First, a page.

Analytics & Testing, Search Marketing

WWW or No WWW and Pagespeed

For the past few months, I’ve been working to improve my site’s pageload time. I’m doing this to help improve overall user experience as well as to help my search engine optimization. I’ve written about some of the methods I’ve used for speeding up WordPress, but I’ve also changed hosting companies (to Mediatemple) and implemented Amazon’s S3 services for hosting my images. I also just installed WP Super Cache at the recommendation of friend, Adam Small.

It’s working. According to Google Webmasters, my pageload times have decreased to well within Google Webmaster’s recommendations:
www-pagespeed.png

Google also lets you set the default for whether or not your site is set to go directly to the www.domain or without the www. This is where things get interesting. If I observe my page load times without the www, they’re fantastic. However, if I look at the pageload times with the www, they’re terrible:
www-pagespeed.png

The irony of course, is that the hosting package I have always goes to a www page. Because of the huge difference in Google’s response times, I’ve set the site configuration to the non-www address within Google Webmasters. I also removed redirect code in the root of my site in the .htaccess file that was redirecting non-www requests to a www domain.

I’m not sure if any of this helps or hurts, but it seems the logical thing to do. Any thoughts?

8 Comments

  1. 1

    This is very interesting! I always redirect my websites to the WWW version for consistency and to give Google a single URL to index so rankings are not split. I also think it looks better and more balanced to the eye to force the WWW version to display. Your data, however, makes a compelling argument to re-think this. I would be curious to see your SEO results after some time. I would love it if you would share them here after some testing.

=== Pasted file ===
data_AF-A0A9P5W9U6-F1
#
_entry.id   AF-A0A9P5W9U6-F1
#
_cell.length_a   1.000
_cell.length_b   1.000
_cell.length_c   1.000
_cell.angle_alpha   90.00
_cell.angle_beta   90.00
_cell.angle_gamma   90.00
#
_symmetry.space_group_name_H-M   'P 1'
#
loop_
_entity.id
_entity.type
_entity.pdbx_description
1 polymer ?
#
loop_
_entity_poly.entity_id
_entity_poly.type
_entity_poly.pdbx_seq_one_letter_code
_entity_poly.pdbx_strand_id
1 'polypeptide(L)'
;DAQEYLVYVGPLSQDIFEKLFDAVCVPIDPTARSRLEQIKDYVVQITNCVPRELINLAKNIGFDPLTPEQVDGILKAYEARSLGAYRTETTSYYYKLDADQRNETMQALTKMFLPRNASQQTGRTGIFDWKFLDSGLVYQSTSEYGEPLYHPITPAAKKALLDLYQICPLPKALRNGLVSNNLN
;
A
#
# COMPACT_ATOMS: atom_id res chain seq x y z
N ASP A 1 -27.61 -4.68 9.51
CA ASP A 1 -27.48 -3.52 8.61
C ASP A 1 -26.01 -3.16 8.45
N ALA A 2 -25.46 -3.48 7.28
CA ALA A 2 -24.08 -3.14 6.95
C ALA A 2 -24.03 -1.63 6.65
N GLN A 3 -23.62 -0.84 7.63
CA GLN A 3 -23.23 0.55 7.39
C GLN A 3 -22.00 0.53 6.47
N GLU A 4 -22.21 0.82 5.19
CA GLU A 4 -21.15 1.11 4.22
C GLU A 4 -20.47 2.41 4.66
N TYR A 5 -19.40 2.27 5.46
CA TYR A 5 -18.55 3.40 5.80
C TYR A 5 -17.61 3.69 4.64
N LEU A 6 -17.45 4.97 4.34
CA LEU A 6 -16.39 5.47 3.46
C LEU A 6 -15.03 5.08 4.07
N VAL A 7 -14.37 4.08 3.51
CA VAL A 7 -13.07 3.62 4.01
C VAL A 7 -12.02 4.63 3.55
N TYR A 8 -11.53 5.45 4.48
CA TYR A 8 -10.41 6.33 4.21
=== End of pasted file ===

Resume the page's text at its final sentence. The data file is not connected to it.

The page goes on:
2. 2

    Odd…just now I was reading another post and wondering why the page was taking so long to load. Looks like cdn.js-kit something was taking forever. According to your graphs, ooks like whatever you did is helping!

  3. 3

    That’s my commenting package, Joshua! I’ve seen some lag with their service as well and may have to say something soon.

  4. 4

    Will be glad to share any stats Michael! Once again, though, everyone IS going to the “www” address so I’m not sure why Google bots are slow to get access that route. Wondering if its a nameserver issue with my hosting or an apache setting or something.

  5. 5

    Yahoo! recommends using WWW. to allow for non-www. static image domains:

    <blockquote cite=”http://developer.yahoo.com/performance/rules.html#cookie_free”>If your domain is http://www.example.org, you can host your static components on static.example.org. However, if you’ve already set cookies on the top-level domain example.org as opposed to http://www.example.org, then all the requests to static.example.org will include those cookies. In this case, you can buy a whole new domain, host your static components there, and keep this domain cookie-free. Yahoo! uses yimg.com, YouTube uses ytimg.com, Amazon uses images-amazon.com and so on.</blockquote>

    Ever since reading this, I’ve gone with http://www….because Yahoo! is pretty smart.

    This is the first I’ve heard of any www speed issues. Anyone else have the same experience?

  6. 6
  7. 7

    I force with the no “WWW” so my domain is simply my name. I haven’t really tested it for speed reasons, but anytime you visit my site you get the no “WWW.”

    I looked at it from a branding perspective. I think for businesses – the “WWW” puts a perception of dependability.

    I’m half-tempted to test for speed myself. I have noticed my site loads pretty quickly on a regular basis. Coincidence?

  8. 8

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